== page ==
Next-generation instant messaging incorporated into IP-based unified messaging infrastructures is poised to become the "next big thing" for corporate communications, research published today has predicted.
According to Frost & Sullivan, this expected convergence could dramatically boost the uptake of unified messaging systems by companies in EMEA.
The analyst firm reported that the EMEA unified messaging and communication markets earned revenues of €613.3m in 2005 and estimated that the figure will reach €1.53bn by 2012.
"The IP telephony infrastructure market is forcing vendors to deliver on their promises of productivity benefits, thus forcing suppliers to integrate messaging and collaboration tools in their offerings," said Frost & Sullivan senior research analyst Luke Thomas.
"In recent years, applications such as unified messaging and unified communication have become increasingly important because of the need to save costs."
Frost & Sullivan noted that, as IP telecoms services are visible in the mainstream market, there is an increasing demand for unifying the silo-based communication infrastructures to lead to the emergence of unified services.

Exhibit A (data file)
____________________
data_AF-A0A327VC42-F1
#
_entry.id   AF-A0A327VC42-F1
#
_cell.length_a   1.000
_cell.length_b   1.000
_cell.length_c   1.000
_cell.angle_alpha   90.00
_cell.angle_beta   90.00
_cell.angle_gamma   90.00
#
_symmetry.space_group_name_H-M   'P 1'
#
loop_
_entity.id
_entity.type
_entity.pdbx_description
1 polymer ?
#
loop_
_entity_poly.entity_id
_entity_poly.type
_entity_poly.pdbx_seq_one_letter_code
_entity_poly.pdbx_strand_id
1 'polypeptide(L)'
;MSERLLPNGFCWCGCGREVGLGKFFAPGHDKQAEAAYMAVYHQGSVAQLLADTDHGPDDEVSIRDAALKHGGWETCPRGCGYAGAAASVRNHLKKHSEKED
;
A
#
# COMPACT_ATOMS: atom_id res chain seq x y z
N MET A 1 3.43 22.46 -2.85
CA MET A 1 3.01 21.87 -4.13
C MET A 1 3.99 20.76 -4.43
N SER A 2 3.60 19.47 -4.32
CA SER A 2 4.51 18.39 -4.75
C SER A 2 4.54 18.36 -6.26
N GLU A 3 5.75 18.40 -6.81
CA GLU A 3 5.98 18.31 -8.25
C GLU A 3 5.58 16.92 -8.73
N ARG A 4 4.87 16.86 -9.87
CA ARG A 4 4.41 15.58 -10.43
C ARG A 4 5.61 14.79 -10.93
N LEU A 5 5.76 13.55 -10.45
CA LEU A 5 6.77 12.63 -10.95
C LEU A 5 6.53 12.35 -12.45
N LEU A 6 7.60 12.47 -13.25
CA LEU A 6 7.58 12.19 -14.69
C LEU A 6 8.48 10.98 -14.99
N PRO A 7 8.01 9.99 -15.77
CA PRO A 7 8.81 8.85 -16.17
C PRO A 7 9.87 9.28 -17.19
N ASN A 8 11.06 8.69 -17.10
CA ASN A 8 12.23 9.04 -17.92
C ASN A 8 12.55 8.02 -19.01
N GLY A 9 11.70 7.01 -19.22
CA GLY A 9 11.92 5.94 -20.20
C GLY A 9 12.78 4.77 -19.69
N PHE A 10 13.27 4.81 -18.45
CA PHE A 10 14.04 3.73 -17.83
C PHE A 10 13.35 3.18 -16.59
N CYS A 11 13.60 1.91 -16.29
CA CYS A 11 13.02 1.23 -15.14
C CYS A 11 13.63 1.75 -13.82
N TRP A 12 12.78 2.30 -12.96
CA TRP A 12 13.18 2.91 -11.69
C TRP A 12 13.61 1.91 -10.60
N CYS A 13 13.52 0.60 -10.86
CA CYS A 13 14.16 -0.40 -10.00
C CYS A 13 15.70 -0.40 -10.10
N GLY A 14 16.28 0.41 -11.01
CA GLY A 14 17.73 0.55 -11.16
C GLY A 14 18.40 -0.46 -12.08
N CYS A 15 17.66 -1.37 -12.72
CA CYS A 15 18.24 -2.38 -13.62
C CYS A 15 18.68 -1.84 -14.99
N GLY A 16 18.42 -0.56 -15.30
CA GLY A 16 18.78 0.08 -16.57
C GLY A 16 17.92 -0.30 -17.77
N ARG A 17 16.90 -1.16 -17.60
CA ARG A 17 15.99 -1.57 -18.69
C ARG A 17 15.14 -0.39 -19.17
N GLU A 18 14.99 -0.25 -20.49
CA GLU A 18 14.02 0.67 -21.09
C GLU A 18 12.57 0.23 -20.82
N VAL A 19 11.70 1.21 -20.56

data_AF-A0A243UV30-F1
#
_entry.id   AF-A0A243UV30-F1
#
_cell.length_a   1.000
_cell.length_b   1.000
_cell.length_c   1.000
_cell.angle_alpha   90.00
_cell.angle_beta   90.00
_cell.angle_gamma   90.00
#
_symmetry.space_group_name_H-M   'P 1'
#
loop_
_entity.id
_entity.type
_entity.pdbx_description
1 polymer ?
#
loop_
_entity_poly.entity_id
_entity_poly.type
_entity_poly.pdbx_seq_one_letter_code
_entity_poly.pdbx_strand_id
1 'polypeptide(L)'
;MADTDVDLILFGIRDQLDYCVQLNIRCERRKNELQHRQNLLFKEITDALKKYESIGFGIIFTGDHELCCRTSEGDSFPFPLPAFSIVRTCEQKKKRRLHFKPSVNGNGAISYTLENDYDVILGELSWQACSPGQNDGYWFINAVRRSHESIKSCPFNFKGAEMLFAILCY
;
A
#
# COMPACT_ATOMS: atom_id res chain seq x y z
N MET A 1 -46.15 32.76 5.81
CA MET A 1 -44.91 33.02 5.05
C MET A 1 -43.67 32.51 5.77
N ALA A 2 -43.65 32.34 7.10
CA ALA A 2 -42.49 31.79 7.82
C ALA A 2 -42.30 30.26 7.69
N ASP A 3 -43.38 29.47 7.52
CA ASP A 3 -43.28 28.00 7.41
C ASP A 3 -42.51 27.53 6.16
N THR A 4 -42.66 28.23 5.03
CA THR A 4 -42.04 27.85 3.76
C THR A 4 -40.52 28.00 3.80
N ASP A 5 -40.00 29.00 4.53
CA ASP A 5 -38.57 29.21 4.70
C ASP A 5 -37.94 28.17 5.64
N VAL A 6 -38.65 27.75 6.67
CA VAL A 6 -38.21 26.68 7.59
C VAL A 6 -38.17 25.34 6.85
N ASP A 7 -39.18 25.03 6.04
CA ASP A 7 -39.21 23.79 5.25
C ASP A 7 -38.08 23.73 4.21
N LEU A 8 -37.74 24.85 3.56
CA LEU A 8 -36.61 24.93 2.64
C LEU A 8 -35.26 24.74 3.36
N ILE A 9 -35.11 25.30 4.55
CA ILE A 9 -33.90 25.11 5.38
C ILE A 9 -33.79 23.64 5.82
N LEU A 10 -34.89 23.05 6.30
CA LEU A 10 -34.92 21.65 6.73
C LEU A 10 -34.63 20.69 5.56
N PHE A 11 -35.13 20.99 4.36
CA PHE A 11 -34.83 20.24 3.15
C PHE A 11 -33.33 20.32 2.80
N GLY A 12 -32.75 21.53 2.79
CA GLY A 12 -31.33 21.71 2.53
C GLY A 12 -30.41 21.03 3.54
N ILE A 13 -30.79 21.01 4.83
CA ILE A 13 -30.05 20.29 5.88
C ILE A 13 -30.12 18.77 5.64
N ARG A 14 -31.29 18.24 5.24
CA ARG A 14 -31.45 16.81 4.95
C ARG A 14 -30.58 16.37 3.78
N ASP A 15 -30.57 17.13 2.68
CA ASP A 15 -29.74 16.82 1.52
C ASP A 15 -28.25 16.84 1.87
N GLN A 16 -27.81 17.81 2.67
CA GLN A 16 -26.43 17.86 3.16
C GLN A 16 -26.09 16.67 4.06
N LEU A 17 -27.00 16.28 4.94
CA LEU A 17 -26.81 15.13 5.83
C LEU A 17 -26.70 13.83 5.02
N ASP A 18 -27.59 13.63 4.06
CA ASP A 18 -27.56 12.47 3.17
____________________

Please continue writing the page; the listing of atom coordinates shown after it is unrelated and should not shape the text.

The analyst firm believes that the majority of multinational enterprises have reached a consensus that the long-term platform for voice and data communications is IP and are deploying voice over IP solutions.
This trend towards convergence of voice and data traffic over IP is expected to enable large-scale implementations of value-added services such as unified messaging and communication.
Although awareness of unified messaging has grown substantially over the past 12 months, the analyst firm noted that educating people on its function and benefits is the biggest challenge faced by vendors and service providers.
There is also a lack of awareness about the availability and benefits of unified communication services.
"Another obstacle undermining the growth of these markets is the lack of successful business case studies highlighting the use of unified messaging and communication, thus making it very difficult to justify the business cases for these solutions," said Frost & Sullivan industry analyst Shomik Banerjee.
"As a result, a majority of end users in the corporate environment have very low awareness of successful implementations, especially within their own sectors."
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